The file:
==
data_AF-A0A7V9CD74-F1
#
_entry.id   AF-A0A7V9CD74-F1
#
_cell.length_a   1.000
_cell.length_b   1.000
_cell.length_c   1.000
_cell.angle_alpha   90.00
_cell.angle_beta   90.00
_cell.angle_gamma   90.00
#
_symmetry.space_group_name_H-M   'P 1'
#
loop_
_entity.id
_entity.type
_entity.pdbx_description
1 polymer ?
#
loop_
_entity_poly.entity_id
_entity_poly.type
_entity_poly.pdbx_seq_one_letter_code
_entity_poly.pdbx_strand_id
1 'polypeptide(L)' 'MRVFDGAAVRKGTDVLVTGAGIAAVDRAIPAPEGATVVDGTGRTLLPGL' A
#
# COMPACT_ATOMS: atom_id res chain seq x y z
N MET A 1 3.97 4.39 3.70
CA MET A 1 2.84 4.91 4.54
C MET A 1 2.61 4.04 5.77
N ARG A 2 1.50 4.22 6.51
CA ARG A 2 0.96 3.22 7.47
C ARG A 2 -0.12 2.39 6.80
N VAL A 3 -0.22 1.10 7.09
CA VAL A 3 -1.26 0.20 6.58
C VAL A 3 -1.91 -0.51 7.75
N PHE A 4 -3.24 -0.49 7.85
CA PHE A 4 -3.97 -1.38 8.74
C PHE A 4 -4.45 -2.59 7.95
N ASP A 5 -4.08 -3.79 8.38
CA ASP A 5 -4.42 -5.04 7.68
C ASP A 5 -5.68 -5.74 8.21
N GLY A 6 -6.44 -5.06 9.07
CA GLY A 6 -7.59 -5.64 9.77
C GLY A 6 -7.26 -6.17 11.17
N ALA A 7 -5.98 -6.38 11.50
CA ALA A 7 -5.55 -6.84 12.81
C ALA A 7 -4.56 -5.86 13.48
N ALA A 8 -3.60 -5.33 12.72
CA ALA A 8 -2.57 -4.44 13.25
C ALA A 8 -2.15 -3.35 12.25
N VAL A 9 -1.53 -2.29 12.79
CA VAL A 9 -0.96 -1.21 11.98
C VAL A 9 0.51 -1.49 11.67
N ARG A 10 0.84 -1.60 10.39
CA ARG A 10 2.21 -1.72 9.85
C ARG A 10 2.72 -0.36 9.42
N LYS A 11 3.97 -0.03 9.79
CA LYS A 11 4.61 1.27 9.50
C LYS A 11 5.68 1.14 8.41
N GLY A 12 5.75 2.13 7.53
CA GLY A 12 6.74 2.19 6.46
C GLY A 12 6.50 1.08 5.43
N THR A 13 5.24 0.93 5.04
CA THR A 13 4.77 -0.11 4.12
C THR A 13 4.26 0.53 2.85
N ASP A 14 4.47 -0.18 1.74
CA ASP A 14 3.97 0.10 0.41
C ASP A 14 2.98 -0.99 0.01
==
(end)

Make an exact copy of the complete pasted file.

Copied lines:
data_AF-A0A7V9CD74-F1
#
_entry.id   AF-A0A7V9CD74-F1
#
_cell.length_a   1.000
_cell.length_b   1.000
_cell.length_c   1.000
_cell.angle_alpha   90.00
_cell.angle_beta   90.00
_cell.angle_gamma   90.00
#
_symmetry.space_group_name_H-M   'P 1'
#
loop_
_entity.id
_entity.type
_entity.pdbx_description
1 polymer ?
#
loop_
_entity_poly.entity_id
_entity_poly.type
_entity_poly.pdbx_seq_one_letter_code
_entity_poly.pdbx_strand_id
1 'polypeptide(L)' 'MRVFDGAAVRKGTDVLVTGAGIAAVDRAIPAPEGATVVDGTGRTLLPGL' A
#
# COMPACT_ATOMS: atom_id res chain seq x y z
N MET A 1 3.97 4.39 3.70
CA MET A 1 2.84 4.91 4.54
C MET A 1 2.61 4.04 5.77
N ARG A 2 1.50 4.22 6.51
CA ARG A 2 0.96 3.22 7.47
C ARG A 2 -0.12 2.39 6.80
N VAL A 3 -0.22 1.10 7.09
CA VAL A 3 -1.26 0.20 6.58
C VAL A 3 -1.91 -0.51 7.75
N PHE A 4 -3.24 -0.49 7.85
CA PHE A 4 -3.97 -1.38 8.74
C PHE A 4 -4.45 -2.59 7.95
N ASP A 5 -4.08 -3.79 8.38
CA ASP A 5 -4.42 -5.04 7.68
C ASP A 5 -5.68 -5.74 8.21
N GLY A 6 -6.44 -5.06 9.07
CA GLY A 6 -7.59 -5.64 9.77
C GLY A 6 -7.26 -6.17 11.17
N ALA A 7 -5.98 -6.38 11.50
CA ALA A 7 -5.55 -6.84 12.81
C ALA A 7 -4.56 -5.86 13.48
N ALA A 8 -3.60 -5.33 12.72
CA ALA A 8 -2.57 -4.44 13.25
C ALA A 8 -2.15 -3.35 12.25
N VAL A 9 -1.53 -2.29 12.79
CA VAL A 9 -0.96 -1.21 11.98
C VAL A 9 0.51 -1.49 11.67
N ARG A 10 0.84 -1.60 10.39
CA ARG A 10 2.21 -1.72 9.85
C ARG A 10 2.72 -0.36 9.42
N LYS A 11 3.97 -0.03 9.79
CA LYS A 11 4.61 1.27 9.50
C LYS A 11 5.68 1.14 8.41
N GLY A 12 5.75 2.13 7.53
CA GLY A 12 6.74 2.19 6.46
C GLY A 12 6.50 1.08 5.43
N THR A 13 5.24 0.93 5.04
CA THR A 13 4.77 -0.11 4.12
C THR A 13 4.26 0.53 2.85
N ASP A 14 4.47 -0.18 1.74
CA ASP A 14 3.97 0.10 0.41
C ASP A 14 2.98 -0.99 0.01